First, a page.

One would think tubes from all the Cessna models would be the same and easily interchangeable. In fact, there are many iterations of this tube depending on the model and year of the plane. They come in different lengths with different attachment ends and various hole patterns. Add to this complication that we’re discussing legacy airplanes where Cessna’s financial incentive to keep every unique part number on the shelf is small.

A closer view of the damage which was about half the thickness of the tube. The groove cut around the control lock hole location was about the same depth.

A closer view of the damage which was about half the thickness of the tube. The groove cut around the control lock hole location was about the same depth.

Our first confrontation with a worn column tube was on a friend’s 1970 T210K. Our research revealed the tube part number for this plane was only used on an aircraft serial number group of only 250 units. Of course, the part was not in stock at Cessna, or anyplace else in the free world that we could find. Cessna also reported they wouldn’t be supplying the part as this one was considered no longer available. The short version is that the owner had to jump through many hoops to fabricate an owner-produced part and at significant expense.

We encountered the same problem on a new to us customer’s plane a few months ago. This time the plane was a bit newer, and Cessna had the correct part number unit on the shelf. Of course the list price was north of $3,500.00. It hurt financially, but at least it was obtainable. The labor to replace these tubes is another expense. The right side can take three to four hours, and the left runs six to eight hours. This doesn’t include repairs for any collateral damage incurred due to disturbing surrounding systems in the repair process.

Replacement of the copilot side column is often less trouble than the pilot’s side because the right instrument panel is smaller with fewer components to get out of the way. The original analog gauges, attached wires and tubes, are all just as as old as the plane and very susceptible to damage when moved about. The worst part is that peripheral problems won’t likely be discovered until everything is put back together and tested.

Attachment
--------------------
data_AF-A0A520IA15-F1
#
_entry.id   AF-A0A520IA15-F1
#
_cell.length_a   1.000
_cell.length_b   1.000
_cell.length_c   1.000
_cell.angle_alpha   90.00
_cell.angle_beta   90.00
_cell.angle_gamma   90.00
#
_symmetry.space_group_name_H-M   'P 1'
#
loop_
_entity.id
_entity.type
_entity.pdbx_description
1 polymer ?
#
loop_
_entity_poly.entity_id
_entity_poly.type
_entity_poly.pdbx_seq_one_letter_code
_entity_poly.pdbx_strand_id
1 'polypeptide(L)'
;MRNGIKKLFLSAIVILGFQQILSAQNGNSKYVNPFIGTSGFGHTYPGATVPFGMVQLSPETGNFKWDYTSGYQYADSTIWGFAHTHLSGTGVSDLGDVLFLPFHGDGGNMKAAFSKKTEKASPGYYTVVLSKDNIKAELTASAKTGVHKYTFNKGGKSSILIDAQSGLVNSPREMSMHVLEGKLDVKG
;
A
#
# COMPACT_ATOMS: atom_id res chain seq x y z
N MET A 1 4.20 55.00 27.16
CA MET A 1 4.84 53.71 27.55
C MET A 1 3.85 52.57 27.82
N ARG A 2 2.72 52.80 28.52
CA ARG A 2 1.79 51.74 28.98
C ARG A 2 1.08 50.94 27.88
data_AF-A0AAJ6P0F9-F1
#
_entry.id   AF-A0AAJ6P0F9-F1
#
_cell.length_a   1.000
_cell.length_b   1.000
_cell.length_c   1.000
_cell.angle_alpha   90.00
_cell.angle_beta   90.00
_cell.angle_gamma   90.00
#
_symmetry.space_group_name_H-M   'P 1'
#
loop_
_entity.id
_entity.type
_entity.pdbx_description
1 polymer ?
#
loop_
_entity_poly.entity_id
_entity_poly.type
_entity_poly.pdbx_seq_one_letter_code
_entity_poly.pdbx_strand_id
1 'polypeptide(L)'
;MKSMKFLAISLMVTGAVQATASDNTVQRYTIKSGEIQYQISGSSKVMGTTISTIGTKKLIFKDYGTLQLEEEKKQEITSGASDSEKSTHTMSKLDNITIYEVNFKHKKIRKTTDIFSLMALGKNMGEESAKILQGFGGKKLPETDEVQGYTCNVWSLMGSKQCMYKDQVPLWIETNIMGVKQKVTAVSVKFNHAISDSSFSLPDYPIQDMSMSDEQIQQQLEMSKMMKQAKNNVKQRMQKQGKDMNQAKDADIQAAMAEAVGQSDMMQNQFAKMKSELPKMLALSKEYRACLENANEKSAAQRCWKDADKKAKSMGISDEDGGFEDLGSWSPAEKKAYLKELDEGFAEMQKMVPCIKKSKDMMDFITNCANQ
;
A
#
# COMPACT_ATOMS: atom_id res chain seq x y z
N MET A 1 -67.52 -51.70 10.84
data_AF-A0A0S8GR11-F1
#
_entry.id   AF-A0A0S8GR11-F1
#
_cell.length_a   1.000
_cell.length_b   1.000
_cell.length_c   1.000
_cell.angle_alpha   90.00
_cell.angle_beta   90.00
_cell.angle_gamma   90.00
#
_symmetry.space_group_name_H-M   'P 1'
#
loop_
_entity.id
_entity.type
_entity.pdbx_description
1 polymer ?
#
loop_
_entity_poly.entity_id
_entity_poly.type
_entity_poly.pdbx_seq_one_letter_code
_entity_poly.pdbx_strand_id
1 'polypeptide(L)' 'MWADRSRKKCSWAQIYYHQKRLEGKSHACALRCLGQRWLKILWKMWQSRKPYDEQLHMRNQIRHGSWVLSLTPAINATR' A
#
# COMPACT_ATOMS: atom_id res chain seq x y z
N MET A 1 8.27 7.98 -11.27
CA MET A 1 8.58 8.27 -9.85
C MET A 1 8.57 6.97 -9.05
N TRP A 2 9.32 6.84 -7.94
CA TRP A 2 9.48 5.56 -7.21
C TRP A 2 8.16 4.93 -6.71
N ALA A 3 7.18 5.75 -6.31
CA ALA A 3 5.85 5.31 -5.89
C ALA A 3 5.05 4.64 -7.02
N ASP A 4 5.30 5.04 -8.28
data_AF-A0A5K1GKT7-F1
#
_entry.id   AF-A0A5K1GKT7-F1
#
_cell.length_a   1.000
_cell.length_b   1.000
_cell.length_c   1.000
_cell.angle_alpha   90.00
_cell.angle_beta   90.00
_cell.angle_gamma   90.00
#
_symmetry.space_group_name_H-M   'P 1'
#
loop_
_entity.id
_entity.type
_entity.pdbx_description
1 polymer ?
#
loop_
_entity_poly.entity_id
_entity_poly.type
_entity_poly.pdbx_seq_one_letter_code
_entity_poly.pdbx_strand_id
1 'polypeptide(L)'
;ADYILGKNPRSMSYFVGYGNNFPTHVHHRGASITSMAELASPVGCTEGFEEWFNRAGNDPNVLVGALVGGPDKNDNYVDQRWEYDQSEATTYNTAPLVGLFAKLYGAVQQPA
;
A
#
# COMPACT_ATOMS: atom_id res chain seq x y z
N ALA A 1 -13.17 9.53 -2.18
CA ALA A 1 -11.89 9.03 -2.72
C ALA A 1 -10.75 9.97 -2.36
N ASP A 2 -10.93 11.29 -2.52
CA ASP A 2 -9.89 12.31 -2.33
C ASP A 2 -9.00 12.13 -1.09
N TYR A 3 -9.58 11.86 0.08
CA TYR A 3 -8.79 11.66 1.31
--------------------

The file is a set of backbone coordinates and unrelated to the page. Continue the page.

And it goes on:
The pilot side, though, is usually the true nightmare. All the flight instruments must be removed. Not only will that mess with old wiring, but those really brittle pneumatic hoses to the gyros will be disturbed.  We’re talking forty year old rubber that’s hard as a rock and dry rotted. Just slightly flexing these hoses can break off small internal flakes. These rubber flakes will patiently wait for that first engine start when the pneumatic pump sends a rush of air flow pushing the debris straight to the unsuspecting gyros.

Even in the best of planes, opening up the instrument panels to adjust and replace these little bearings comes at high risk for collateral damage. Like any surgery, it should be avoided unless truly needed, and saving damage to the control column tubes is a worthy cause.  If it eases the pain, consider those forty year old rubber hoses are fully depreciated by now and deserve to be replaced as well.

Prior avionics upgrade work can create an interesting twist on the labor effort to make adjustments or repairs to the control column bearings. A single primary engine monitor installed to replace the old steam gauges can reduce collateral damage issues and cut the expected labors hours to access the right panel bearings.  Previous installation of a Garmin G500 can make access to the pilot side an absolute breeze by comparison to the original instruments. I’m just saying this could help you feel better about the cost of that huge panel upgrade you felt compelled to do a year or so ago.

The hope is that everyone would take an extra fifteen seconds during their next preflight to check the condition of the control column tube and the rollers. This would include pulling the control yoke all the way aft to expose the maximum portion of the tube. Look for any signs of rubbing or wear that is apparent to the touch. Then attempt to move the column up, down, left and right. Also note if any light scraping action can be detected as the control is moved fore and aft.

If no problems are noted now, congratulate yourself on saving several thousand dollars as well as making another successful step to mitigate the extinction of the legacy airplane species. If something is noted, contact your mechanic very soon for a more quantified evaluation. There may still be hope if the tube hasn’t worn past the ten percent limit. Correcting the bearing failure or alignment issues immediately stops further wear.

Not that this is a new problem in the fleet, but it is one of the several lesser known issues. Every few years generates a new batch of aircraft owners as well as maintenance providers. Many new owners and mechanics aren’t as old as the airplanes, so there’s always old information to be relearned. The industry is beginning to come to terms with the concept that each owner is merely a temporary steward of these wonderful airplanes. That spirit implies a responsibility on these stewards to pay attention to the many simple inexpensive precautions that can preserve these valuable machines for future enthusiastic stewards.